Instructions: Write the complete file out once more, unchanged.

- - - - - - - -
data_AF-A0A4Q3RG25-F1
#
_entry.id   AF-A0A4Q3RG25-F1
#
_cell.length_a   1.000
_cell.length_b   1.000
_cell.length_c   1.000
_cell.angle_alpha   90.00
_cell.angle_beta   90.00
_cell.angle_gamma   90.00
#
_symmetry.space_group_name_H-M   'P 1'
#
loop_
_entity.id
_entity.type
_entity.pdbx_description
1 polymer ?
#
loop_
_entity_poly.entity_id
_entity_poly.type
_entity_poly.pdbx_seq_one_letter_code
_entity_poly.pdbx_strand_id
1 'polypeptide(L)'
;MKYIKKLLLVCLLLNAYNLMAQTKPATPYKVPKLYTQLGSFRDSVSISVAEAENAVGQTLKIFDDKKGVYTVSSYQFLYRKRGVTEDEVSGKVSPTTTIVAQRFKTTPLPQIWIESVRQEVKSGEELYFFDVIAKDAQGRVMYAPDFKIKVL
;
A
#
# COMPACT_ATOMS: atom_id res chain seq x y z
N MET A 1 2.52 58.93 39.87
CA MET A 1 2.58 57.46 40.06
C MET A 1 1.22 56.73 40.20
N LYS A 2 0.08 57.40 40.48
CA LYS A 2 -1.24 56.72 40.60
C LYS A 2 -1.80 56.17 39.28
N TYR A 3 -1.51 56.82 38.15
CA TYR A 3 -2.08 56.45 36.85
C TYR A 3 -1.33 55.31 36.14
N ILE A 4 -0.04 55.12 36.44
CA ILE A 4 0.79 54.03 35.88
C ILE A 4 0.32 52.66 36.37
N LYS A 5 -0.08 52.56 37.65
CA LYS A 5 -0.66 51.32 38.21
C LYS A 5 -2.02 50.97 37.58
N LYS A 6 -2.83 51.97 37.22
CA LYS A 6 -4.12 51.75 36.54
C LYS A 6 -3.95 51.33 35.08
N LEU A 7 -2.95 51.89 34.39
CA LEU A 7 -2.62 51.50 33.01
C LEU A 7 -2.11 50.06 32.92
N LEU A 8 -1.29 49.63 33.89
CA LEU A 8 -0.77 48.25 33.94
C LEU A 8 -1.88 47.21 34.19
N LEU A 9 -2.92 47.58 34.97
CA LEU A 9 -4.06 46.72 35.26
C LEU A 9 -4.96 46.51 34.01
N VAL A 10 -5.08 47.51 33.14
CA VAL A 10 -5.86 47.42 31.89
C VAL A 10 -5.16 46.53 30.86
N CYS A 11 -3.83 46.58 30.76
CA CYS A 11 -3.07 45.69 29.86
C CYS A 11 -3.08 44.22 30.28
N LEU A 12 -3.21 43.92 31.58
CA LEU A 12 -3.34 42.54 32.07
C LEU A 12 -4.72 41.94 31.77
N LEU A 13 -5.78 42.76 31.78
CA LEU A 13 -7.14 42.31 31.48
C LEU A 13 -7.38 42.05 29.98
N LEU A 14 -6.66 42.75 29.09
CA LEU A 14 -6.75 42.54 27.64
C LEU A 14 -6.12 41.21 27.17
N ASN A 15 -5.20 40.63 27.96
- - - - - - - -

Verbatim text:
data_AF-A0A4Q3RG25-F1
#
_entry.id   AF-A0A4Q3RG25-F1
#
_cell.length_a   1.000
_cell.length_b   1.000
_cell.length_c   1.000
_cell.angle_alpha   90.00
_cell.angle_beta   90.00
_cell.angle_gamma   90.00
#
_symmetry.space_group_name_H-M   'P 1'
#
loop_
_entity.id
_entity.type
_entity.pdbx_description
1 polymer ?
#
loop_
_entity_poly.entity_id
_entity_poly.type
_entity_poly.pdbx_seq_one_letter_code
_entity_poly.pdbx_strand_id
1 'polypeptide(L)'
;MKYIKKLLLVCLLLNAYNLMAQTKPATPYKVPKLYTQLGSFRDSVSISVAEAENAVGQTLKIFDDKKGVYTVSSYQFLYRKRGVTEDEVSGKVSPTTTIVAQRFKTTPLPQIWIESVRQEVKSGEELYFFDVIAKDAQGRVMYAPDFKIKVL
;
A
#
# COMPACT_ATOMS: atom_id res chain seq x y z
N MET A 1 2.52 58.93 39.87
CA MET A 1 2.58 57.46 40.06
C MET A 1 1.22 56.73 40.20
N LYS A 2 0.08 57.40 40.48
CA LYS A 2 -1.24 56.72 40.60
C LYS A 2 -1.80 56.17 39.28
N TYR A 3 -1.51 56.82 38.15
CA TYR A 3 -2.08 56.45 36.85
C TYR A 3 -1.33 55.31 36.14
N ILE A 4 -0.04 55.12 36.44
CA ILE A 4 0.79 54.03 35.88
C ILE A 4 0.32 52.66 36.37
N LYS A 5 -0.08 52.56 37.65
CA LYS A 5 -0.66 51.32 38.21
C LYS A 5 -2.02 50.97 37.58
N LYS A 6 -2.83 51.97 37.22
CA LYS A 6 -4.12 51.75 36.54
C LYS A 6 -3.95 51.33 35.08
N LEU A 7 -2.95 51.89 34.39
CA LEU A 7 -2.62 51.50 33.01
C LEU A 7 -2.11 50.06 32.92
N LEU A 8 -1.29 49.63 33.89
CA LEU A 8 -0.77 48.25 33.94
C LEU A 8 -1.88 47.21 34.19
N LEU A 9 -2.92 47.58 34.97
CA LEU A 9 -4.06 46.72 35.26
C LEU A 9 -4.96 46.51 34.01
N VAL A 10 -5.08 47.51 33.14
CA VAL A 10 -5.86 47.42 31.89
C VAL A 10 -5.16 46.53 30.86
N CYS A 11 -3.83 46.58 30.76
CA CYS A 11 -3.07 45.69 29.86
C CYS A 11 -3.08 44.22 30.28
N LEU A 12 -3.21 43.92 31.58
CA LEU A 12 -3.34 42.54 32.07
C LEU A 12 -4.72 41.94 31.77
N LEU A 13 -5.78 42.76 31.78
CA LEU A 13 -7.14 42.31 31.48
C LEU A 13 -7.38 42.05 29.98
N LEU A 14 -6.66 42.75 29.09
CA LEU A 14 -6.75 42.54 27.64
C LEU A 14 -6.12 41.21 27.17
N ASN A 15 -5.20 40.63 27.96